After my last book report in which I recommended a ridiculous number of books, I had a great idea – I would post a book report in which I only recommended one book. Wouldn’t that have been genius? I was going to recommend The Good Lord Bird, by James McBride. I’d read the electrifying rave review on the front page of the New York Times Book Review and I jumped in my car and drove right to Parnassus to buy a copy (which is why it’s good to have a local bookstore, because sometimes overnight is not soon enough). Even though there were no fewer than thirty books stacked up on my dresser that needed to be read immediately, I sat down and started reading this book. And I loved it. I read it as I walked from room to room, read it as I ate my oatmeal in the morning. I’m someone who can put pretty much any book down no matter how compelling it is, but not this one. There was something about the narrator’s voice that felt completely new to me. It shook me up.
If I were to describe certain kinds of books I don’t much care for, historical fiction and those driven by first person child narrators would be at the top of the list. But here I was, glued to a book about the famed abolitionist John Brown as told by a runaway (or forcibly liberated) child slave. It’s all about the writing. This book introduces big ideas about how much responsibility we have for our own salvation. It kept me thinking, and it kept me stirred up, for a long time.
Yes, it would have been something had I managed to just recommend that one book.
But there are other factors at work here: my own book comes out on November 4th and my life is getting busy. If I wind up not having time to write another book report before I ship out on tour, then there are several books I need to get in now. Also, it’s October, the month of The Big Book in the publishing world, so things I read awhile ago in manuscript and galley are finally coming out, or will come out soon, and now is the time to talk about those books, especially because so many of the authors are coming to town. We’ve got some once-in-a-lifetime events here. Don’t miss them.
I’ll start with one that just came out, Elizabeth Gilbert’s The Signature of All Things. If you’ve got Liz (I call her Liz, we’re friends) in a box marked Eat, Pray, Love, it’s time to let her out. She’s a great writer whose fiction is as appealing as her nonfiction. This novel is the story of Alma Whittaker who is born to the richest man in Philadelphia at the start of the 19th century. Here I go liking another historical novel, but this one breaks all previously held concepts of the heroine apart. Alma is smart rather than beautiful, bold instead of retiring, and a true scientist instead of a woman forced to sit around in hopes that someone will ask her to dance. Instead, Liz creates a prickly, fascinating woman that other 19th century heroines could have looked up to. Alma’s field of interest is moss, and if you think you have no interest in moss, trust me, by the end of this book you’ll be in love with the stuff. Liz does such a deft job with her extensive research, she makes a small life with a narrow field of interest into something riveting and expansive. She also pulls off an impossible trick I would love to do myself someday – a birth to death novel. Alma lives a long life and we see her through all of it. Everything about this book is a real achievement.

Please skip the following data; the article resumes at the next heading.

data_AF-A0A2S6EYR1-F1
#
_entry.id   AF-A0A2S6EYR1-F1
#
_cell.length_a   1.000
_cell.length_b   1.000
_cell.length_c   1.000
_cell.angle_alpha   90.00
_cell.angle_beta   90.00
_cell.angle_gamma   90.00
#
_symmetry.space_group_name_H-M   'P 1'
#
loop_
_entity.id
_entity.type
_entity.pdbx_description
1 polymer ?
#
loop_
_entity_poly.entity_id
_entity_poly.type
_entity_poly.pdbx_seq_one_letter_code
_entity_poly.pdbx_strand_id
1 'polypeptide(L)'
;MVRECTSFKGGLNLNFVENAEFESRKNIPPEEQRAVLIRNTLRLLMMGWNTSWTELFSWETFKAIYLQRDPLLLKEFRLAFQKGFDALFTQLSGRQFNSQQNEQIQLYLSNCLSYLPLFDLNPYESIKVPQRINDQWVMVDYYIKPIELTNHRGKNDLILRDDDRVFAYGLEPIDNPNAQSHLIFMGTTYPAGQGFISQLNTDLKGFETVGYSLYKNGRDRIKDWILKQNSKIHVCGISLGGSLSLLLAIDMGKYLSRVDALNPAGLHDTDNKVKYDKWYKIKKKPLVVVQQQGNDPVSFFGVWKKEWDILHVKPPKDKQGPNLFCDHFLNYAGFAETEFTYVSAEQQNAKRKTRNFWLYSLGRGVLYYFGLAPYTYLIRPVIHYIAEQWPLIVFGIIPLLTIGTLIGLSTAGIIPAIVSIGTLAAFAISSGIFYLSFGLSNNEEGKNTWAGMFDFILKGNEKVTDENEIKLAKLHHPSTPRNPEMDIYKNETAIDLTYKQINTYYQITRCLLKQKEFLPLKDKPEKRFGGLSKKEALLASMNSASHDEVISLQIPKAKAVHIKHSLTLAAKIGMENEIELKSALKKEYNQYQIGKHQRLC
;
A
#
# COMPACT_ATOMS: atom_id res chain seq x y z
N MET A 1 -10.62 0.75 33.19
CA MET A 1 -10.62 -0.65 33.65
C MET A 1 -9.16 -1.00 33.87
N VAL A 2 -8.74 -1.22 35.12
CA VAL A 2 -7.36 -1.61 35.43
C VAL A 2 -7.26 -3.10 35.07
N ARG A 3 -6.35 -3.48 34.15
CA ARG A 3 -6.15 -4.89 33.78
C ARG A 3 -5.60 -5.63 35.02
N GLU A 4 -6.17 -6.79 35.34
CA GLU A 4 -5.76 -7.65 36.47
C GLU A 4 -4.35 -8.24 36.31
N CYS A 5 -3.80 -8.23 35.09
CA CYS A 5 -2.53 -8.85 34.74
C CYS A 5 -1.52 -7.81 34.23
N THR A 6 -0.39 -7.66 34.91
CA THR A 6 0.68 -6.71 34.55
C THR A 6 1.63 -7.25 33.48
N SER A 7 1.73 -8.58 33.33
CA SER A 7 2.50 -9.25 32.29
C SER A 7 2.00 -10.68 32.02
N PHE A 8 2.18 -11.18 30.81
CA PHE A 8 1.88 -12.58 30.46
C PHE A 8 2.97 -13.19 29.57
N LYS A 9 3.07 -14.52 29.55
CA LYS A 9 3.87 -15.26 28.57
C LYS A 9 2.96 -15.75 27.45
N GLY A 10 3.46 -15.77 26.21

Elizabeth Gilbert will be part of our Salon@615 series, brought to you in partnership with Humanities Tennessee and the Nashville Public Library & Foundation. The event is November 1st. Check the Parnassus website for details about getting free tickets.
Donna Tartt’s long-awaited third novel, The Goldfinch, comes out on October 22nd, and while I wouldn’t normally be writing about books that you can’t buy this afternoon, the aforementioned circumstances of my own life mean you’re going to have to cut me some slack here. Donna once told me that the reason it takes her so long to write a book is that her books were basically the equivalent of three regular books. Where has she been for the last twelve years? She’s been home, writing this great big complicated novel, and when you read it it will seem perfectly understandable that it took such a long time. I don’t want to tell you about the plot because it hasn’t been published yet and I took so much pleasure in reading it without knowing what was going to happen. Some stories can’t be ruined by a few details. I can tell you Liz’s book is about a woman who devotes her life to moss and nothing will be lost. The Goldfinch has a lot less science and a lot more suspense, and so the story line is best left alone. I will say that every single sentence is constructed with the same level of care that went into the Golden Gate Bridge. In short, she has given this one her all. I imagine it will be an enormous hit. She’ll be with us on October 22nd, her pub day!, again, at the Salon@615series. Look back one paragraph for details.